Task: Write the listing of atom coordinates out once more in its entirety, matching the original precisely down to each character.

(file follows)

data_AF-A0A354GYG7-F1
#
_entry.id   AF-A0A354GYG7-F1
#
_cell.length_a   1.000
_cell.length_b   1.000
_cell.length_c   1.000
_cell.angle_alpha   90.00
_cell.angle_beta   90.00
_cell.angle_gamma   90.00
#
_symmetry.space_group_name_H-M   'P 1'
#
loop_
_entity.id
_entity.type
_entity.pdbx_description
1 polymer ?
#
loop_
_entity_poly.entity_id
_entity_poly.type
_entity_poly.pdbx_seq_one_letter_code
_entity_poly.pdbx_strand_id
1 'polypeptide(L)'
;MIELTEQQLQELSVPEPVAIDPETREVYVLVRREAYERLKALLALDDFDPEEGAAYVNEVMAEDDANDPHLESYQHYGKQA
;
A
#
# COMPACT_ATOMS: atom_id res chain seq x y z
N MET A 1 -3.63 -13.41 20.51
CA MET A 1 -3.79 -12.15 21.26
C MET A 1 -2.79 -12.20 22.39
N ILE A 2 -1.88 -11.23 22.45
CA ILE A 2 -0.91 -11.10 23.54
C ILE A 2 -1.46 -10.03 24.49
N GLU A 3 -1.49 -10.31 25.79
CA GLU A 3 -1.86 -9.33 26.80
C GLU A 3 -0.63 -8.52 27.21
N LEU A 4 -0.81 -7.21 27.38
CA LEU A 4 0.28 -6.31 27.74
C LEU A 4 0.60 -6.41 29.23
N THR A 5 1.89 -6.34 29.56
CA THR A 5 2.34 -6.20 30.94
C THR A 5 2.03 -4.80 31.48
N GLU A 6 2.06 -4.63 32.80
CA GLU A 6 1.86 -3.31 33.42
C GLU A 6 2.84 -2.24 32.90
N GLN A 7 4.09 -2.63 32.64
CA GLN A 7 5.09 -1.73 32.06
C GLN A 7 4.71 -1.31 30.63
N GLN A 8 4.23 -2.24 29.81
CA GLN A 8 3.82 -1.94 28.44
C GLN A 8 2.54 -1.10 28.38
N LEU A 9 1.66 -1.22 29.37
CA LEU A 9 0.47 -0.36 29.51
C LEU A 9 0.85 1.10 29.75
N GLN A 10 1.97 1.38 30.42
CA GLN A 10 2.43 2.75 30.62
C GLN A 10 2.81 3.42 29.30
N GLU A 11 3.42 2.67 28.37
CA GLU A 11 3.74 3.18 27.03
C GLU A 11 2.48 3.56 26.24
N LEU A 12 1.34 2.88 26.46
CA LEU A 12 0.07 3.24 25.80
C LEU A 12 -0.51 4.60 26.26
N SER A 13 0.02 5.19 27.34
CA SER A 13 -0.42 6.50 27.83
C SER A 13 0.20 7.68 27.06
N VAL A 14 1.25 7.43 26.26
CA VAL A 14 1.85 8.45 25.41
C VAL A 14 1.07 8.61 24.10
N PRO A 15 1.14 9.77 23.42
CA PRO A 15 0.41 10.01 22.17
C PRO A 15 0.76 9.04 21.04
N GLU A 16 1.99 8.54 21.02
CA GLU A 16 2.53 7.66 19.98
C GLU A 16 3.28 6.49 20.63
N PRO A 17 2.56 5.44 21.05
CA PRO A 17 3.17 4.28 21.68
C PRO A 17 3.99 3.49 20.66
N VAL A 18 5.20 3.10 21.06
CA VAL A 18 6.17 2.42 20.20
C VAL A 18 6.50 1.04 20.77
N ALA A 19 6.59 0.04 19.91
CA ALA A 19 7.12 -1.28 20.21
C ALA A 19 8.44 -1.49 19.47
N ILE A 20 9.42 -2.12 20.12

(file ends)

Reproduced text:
data_AF-A0A354GYG7-F1
#
_entry.id   AF-A0A354GYG7-F1
#
_cell.length_a   1.000
_cell.length_b   1.000
_cell.length_c   1.000
_cell.angle_alpha   90.00
_cell.angle_beta   90.00
_cell.angle_gamma   90.00
#
_symmetry.space_group_name_H-M   'P 1'
#
loop_
_entity.id
_entity.type
_entity.pdbx_description
1 polymer ?
#
loop_
_entity_poly.entity_id
_entity_poly.type
_entity_poly.pdbx_seq_one_letter_code
_entity_poly.pdbx_strand_id
1 'polypeptide(L)'
;MIELTEQQLQELSVPEPVAIDPETREVYVLVRREAYERLKALLALDDFDPEEGAAYVNEVMAEDDANDPHLESYQHYGKQA
;
A
#
# COMPACT_ATOMS: atom_id res chain seq x y z
N MET A 1 -3.63 -13.41 20.51
CA MET A 1 -3.79 -12.15 21.26
C MET A 1 -2.79 -12.20 22.39
N ILE A 2 -1.88 -11.23 22.45
CA ILE A 2 -0.91 -11.10 23.54
C ILE A 2 -1.46 -10.03 24.49
N GLU A 3 -1.49 -10.31 25.79
CA GLU A 3 -1.86 -9.33 26.80
C GLU A 3 -0.63 -8.52 27.21
N LEU A 4 -0.81 -7.21 27.38
CA LEU A 4 0.28 -6.31 27.74
C LEU A 4 0.60 -6.41 29.23
N THR A 5 1.89 -6.34 29.56
CA THR A 5 2.34 -6.20 30.94
C THR A 5 2.03 -4.80 31.48
N GLU A 6 2.06 -4.63 32.80
CA GLU A 6 1.86 -3.31 33.42
C GLU A 6 2.84 -2.24 32.90
N GLN A 7 4.09 -2.63 32.64
CA GLN A 7 5.09 -1.73 32.06
C GLN A 7 4.71 -1.31 30.63
N GLN A 8 4.23 -2.24 29.81
CA GLN A 8 3.82 -1.94 28.44
C GLN A 8 2.54 -1.10 28.38
N LEU A 9 1.66 -1.22 29.37
CA LEU A 9 0.47 -0.36 29.51
C LEU A 9 0.85 1.10 29.75
N GLN A 10 1.97 1.38 30.42
CA GLN A 10 2.43 2.75 30.62
C GLN A 10 2.81 3.42 29.30
N GLU A 11 3.42 2.67 28.37
CA GLU A 11 3.74 3.18 27.03
C GLU A 11 2.48 3.56 26.24
N LEU A 12 1.34 2.88 26.46
CA LEU A 12 0.07 3.24 25.80
C LEU A 12 -0.51 4.60 26.26
N SER A 13 0.02 5.19 27.34
CA SER A 13 -0.42 6.50 27.83
C SER A 13 0.20 7.68 27.06
N VAL A 14 1.25 7.43 26.26
CA VAL A 14 1.85 8.45 25.41
C VAL A 14 1.07 8.61 24.10
N PRO A 15 1.14 9.77 23.42
CA PRO A 15 0.41 10.01 22.17
C PRO A 15 0.76 9.04 21.04
N GLU A 16 1.99 8.54 21.02
CA GLU A 16 2.53 7.66 19.98
C GLU A 16 3.28 6.49 20.63
N PRO A 17 2.56 5.44 21.05
CA PRO A 17 3.17 4.28 21.68
C PRO A 17 3.99 3.49 20.66
N VAL A 18 5.20 3.10 21.06
CA VAL A 18 6.17 2.42 20.20
C VAL A 18 6.50 1.04 20.77
N ALA A 19 6.59 0.04 19.91
CA ALA A 19 7.12 -1.28 20.21
C ALA A 19 8.44 -1.49 19.47
N ILE A 20 9.42 -2.12 20.12